• Chapter One Reading Activities 2 Comprehension Georgia Performance Standard ELA1R6 The Comprehension domain addresses students’ abilities to read, recall, comprehend, and explore literary texts (e.g., narratives, stories, poems, fables), and a wide variety of informational articles. Students in Grade 1 will make predictions using prior knowledge, distinguish fact from fiction, and recognize cause-and-effect relationships in texts. They will recognize the plot, setting, and characters within a literary text, and compare these elements among texts they have read or heard. They will ask and answer questions about these and other narrative elements (e.g., beginning-middle-end, story events, problem/resolution). Grade 1 students will retell stories read independently or with a partner. They will identify the main idea and supporting details of informational articles, and they will recognize and use graphic features (e.g., menus, charts, diagrams, calendars, maps) to understand informational text. The following activities develop skills in this domain: – To help students analyze characters and predict their feelings in the context of a story, create and use two-sided emotion puppets. Students should cut out two large circles from a piece of heavy paper. On one circle, they should draw a happy face. On the other, they should draw a sad face. Give each student a popsicle stick. Students should glue the two circles together with the popsicle stick in the middle. When the emotion puppets are dry, read a story together and stop when (or just before) something happens that would affect the way a character feels (e.g., when Cinderella finds out she can’t go to the ball). Students should use their puppets to show whether they think characters would feel good or bad. Students should explain their choices and relate the event to the context of the whole story. For example: Cinderella will feel bad when her stepsisters go the ball. She will imagine being stuck doing housework while her sisters enjoy themselves. – To develop students’ abilities to put events in the correct sequence and tell a story, students should practice ordering events of stories. Photocopy illustrations that represent the main events of a text. Glue each one to a separate piece of cardstock and present them to students in random order. Students should put the pictures in the order that they occurred in the text. Once all of the pictures are in order, students should retell the events of the story in their own words. – To help students analyze story elements and recognize that all stories have basic structures, create story maps. (See example below). After reading a story, give each student a copy of the story map. First, students should draw a picture of the setting. Next, they should name the characters. Finally, students should draw pictures to show the main events that happened in the beginning, middle, and end of the story. Students should compare their story maps with those of other students. Georgia Department of Education Kathy Cox, State Superintendent of Schools Copyright © December 2009 • All rights reserved 12 Page 12 of 50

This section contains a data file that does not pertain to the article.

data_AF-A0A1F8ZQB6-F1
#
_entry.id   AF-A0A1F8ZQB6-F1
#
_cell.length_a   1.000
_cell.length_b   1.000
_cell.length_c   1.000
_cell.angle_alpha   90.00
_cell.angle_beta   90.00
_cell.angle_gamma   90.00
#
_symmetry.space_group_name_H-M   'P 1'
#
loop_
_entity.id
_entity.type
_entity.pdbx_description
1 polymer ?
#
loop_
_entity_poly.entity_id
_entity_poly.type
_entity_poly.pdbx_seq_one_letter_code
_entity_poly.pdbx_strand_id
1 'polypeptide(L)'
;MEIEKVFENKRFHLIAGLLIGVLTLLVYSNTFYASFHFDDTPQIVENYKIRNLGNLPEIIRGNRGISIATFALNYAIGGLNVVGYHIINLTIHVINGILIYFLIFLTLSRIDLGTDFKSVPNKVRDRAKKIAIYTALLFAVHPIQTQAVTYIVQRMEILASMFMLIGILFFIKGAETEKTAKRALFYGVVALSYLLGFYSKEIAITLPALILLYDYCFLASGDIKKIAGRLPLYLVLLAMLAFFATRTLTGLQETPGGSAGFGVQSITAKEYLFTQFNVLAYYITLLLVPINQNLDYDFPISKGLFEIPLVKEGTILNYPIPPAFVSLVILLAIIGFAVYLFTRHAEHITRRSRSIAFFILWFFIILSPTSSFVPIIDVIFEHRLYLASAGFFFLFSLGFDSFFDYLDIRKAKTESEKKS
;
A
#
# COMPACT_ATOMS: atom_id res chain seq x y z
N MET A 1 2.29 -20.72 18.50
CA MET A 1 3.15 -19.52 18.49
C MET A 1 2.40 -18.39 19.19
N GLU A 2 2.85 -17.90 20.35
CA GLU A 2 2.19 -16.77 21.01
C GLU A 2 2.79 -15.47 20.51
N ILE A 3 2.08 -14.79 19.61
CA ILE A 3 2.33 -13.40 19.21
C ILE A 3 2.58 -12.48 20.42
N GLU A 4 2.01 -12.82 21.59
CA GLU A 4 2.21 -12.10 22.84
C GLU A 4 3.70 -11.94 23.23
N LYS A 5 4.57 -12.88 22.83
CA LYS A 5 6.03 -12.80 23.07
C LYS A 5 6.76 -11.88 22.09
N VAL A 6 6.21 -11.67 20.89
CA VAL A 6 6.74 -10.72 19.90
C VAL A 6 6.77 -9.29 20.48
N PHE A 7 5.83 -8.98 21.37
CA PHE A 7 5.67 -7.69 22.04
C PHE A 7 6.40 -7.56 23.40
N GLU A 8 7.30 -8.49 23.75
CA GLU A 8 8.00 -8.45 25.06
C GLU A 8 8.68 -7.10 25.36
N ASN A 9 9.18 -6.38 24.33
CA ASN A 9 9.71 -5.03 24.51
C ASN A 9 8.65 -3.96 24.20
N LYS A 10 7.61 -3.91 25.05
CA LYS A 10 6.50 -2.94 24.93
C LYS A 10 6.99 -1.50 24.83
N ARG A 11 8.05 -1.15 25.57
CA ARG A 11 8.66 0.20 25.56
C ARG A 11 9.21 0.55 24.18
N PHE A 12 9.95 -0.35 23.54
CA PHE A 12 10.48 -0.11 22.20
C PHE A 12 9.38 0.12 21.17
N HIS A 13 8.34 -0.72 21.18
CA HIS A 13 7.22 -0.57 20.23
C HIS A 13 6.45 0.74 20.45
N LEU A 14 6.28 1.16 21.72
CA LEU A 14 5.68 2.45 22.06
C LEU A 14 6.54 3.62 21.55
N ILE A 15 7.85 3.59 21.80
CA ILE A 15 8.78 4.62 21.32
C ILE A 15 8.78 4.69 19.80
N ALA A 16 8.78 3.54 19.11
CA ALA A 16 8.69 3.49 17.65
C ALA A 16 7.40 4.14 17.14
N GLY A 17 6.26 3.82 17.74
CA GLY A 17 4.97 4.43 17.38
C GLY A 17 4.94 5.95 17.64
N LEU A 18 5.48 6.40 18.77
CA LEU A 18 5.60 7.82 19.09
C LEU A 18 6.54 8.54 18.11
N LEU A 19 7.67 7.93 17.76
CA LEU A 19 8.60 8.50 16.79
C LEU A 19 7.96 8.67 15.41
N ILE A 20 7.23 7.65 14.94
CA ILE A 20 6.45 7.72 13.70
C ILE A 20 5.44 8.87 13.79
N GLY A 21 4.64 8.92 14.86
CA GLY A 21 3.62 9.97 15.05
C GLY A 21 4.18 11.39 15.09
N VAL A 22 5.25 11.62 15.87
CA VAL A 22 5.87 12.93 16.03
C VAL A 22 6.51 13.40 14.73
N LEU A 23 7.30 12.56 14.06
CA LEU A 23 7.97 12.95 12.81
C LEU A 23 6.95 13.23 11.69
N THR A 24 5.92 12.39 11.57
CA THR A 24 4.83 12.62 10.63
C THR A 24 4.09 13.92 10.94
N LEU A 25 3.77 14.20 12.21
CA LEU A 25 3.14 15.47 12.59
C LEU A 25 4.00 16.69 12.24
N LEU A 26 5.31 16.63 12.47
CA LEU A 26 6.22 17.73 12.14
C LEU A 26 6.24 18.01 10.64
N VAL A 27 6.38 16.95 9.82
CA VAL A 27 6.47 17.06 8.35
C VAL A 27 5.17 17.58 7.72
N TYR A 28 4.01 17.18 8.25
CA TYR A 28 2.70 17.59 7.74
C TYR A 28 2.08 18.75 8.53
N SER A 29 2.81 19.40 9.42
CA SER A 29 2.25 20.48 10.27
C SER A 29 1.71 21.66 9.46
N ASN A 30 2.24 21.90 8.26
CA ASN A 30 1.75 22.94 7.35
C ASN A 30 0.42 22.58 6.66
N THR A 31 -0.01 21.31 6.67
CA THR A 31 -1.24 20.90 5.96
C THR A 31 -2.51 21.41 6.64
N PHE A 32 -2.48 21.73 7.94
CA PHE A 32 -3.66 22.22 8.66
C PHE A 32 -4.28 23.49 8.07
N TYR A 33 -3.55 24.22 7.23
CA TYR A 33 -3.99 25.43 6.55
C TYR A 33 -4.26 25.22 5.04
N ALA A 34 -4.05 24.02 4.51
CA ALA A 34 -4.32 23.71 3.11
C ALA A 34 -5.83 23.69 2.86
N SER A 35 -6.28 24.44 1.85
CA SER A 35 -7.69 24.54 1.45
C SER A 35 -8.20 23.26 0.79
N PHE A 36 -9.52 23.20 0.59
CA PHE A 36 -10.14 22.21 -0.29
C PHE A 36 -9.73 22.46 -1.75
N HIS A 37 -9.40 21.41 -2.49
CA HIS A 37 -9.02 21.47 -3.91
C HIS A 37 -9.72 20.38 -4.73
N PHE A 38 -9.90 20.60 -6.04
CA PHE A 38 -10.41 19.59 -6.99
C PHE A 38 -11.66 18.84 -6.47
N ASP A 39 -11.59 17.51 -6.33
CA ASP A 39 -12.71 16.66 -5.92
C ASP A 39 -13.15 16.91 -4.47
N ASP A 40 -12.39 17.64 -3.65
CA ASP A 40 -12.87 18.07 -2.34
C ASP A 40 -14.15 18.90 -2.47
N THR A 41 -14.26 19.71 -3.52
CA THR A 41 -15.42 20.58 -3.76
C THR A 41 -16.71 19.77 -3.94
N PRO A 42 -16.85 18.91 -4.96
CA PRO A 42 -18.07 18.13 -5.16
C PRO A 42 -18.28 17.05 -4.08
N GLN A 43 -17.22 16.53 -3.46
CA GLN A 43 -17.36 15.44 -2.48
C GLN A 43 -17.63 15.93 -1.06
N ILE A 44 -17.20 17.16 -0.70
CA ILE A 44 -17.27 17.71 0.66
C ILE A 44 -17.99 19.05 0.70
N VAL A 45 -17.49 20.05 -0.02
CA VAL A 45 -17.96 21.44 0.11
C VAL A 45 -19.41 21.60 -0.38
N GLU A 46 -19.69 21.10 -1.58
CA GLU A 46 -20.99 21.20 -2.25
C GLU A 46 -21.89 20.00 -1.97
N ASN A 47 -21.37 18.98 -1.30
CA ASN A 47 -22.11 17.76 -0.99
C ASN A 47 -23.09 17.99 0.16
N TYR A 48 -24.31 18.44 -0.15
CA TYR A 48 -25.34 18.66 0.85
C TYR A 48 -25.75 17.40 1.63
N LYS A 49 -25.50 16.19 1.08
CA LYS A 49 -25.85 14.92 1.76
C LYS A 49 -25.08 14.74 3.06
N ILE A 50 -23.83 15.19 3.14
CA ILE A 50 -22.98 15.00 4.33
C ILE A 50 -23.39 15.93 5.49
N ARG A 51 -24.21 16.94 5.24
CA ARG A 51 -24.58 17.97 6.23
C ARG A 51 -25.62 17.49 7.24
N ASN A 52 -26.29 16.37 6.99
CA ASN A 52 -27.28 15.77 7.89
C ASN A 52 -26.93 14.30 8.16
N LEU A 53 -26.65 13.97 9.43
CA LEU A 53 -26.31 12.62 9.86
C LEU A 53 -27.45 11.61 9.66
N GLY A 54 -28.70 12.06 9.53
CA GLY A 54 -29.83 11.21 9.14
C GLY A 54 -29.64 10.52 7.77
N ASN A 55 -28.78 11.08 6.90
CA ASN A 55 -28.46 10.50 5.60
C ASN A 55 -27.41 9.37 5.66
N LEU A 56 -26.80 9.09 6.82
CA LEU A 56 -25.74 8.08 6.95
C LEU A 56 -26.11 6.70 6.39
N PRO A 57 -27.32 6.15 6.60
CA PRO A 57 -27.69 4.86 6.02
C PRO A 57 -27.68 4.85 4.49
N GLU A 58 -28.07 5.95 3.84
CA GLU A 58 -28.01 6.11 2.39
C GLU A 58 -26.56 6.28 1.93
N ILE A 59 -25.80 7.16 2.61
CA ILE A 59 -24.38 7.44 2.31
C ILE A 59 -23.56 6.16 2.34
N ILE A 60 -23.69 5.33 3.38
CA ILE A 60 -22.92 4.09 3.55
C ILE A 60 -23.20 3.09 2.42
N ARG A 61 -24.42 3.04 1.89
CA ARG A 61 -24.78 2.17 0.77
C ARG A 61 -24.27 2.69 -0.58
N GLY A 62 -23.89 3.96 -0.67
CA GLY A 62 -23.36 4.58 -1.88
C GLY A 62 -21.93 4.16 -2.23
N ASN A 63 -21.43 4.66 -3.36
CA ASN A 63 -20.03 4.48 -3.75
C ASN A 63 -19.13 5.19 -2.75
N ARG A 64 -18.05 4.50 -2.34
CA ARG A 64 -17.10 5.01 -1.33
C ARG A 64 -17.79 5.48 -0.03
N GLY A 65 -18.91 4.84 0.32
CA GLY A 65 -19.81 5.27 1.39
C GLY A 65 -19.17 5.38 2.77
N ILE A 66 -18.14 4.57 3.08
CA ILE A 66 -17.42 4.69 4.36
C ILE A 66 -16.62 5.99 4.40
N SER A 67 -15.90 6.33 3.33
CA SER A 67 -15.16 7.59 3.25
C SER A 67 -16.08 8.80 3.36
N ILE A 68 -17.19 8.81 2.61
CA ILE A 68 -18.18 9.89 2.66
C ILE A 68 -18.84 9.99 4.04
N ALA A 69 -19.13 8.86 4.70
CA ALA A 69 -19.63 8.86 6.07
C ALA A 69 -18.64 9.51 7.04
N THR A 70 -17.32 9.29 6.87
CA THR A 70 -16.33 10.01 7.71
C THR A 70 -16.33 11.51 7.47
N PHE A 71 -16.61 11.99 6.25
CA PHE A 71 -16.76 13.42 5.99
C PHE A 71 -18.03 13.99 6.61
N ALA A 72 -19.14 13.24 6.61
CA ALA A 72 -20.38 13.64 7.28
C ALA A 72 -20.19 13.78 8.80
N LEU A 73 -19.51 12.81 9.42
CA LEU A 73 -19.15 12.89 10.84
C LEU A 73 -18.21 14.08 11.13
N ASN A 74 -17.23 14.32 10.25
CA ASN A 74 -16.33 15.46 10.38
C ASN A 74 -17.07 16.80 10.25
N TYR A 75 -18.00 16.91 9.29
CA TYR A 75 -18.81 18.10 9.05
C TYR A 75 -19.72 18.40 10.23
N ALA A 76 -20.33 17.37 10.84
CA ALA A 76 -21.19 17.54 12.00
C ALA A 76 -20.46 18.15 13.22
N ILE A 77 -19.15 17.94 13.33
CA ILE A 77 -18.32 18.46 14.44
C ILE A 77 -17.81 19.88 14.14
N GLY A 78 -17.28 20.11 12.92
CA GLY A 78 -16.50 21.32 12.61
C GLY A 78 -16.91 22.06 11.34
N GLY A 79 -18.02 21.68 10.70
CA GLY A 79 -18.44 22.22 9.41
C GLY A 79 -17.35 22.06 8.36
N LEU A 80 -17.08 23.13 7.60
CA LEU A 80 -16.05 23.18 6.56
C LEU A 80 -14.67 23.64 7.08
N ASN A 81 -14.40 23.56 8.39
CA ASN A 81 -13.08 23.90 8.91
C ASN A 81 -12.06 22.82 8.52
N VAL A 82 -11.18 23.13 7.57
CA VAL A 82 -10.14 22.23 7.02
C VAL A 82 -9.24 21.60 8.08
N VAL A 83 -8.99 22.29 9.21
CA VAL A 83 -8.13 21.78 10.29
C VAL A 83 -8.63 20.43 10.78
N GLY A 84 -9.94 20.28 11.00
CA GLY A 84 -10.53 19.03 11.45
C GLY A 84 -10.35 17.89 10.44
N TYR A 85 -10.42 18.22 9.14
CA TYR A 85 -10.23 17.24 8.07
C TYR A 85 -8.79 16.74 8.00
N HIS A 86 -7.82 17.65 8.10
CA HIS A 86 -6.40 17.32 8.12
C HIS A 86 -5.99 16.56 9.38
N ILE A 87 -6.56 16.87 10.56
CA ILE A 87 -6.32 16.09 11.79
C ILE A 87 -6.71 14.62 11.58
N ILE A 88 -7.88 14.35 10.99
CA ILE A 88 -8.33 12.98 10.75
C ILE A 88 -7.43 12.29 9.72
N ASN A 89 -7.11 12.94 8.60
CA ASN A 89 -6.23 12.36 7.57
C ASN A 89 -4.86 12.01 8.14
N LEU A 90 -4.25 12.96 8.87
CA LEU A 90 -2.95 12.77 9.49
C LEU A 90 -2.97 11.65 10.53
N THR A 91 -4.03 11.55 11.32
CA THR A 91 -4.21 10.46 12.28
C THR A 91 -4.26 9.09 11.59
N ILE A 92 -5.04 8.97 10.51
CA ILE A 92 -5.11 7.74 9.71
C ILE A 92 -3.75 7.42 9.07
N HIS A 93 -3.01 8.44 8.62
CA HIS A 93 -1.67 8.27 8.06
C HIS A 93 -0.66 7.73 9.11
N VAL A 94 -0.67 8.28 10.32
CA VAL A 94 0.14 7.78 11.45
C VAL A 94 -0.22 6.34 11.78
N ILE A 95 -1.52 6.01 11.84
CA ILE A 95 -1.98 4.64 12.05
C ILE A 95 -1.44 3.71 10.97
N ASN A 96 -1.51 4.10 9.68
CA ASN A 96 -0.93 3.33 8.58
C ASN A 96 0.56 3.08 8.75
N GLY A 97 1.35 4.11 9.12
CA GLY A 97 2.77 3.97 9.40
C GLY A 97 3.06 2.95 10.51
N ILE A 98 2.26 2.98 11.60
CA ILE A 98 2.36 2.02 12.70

• Chapter One Reading – To build students’ understanding of graphic features in informational texts, students should practice interpreting charts, diagrams, and graphs. Read an informational article with an accompanying diagram. For example, a science article about the muscles of the human body may contain a diagram of the muscular system. Pose questions that challenge students to interpret the text and diagram together, such as Which muscle in the human body is the strongest? Which muscle is the longest? How do muscles attach to bone? What would the human body look like if people didn’t have muscles? What could people do without muscles? Students should explain their answers and use the diagram to show what they mean. Finally, ask students questions that pertain to the usefulness of the diagram, such as Is this diagram helpful in teaching about the human body? Why or why not? Is there anything you learned from the diagram that you didn’t learn from the text? Further support can be found in the GPS Reading Framework available at http://www.georgiastandards.org/ Georgia Department of Education Kathy Cox, State Superintendent of Schools Copyright © December 2009 • All rights reserved 13 Page 13 of 50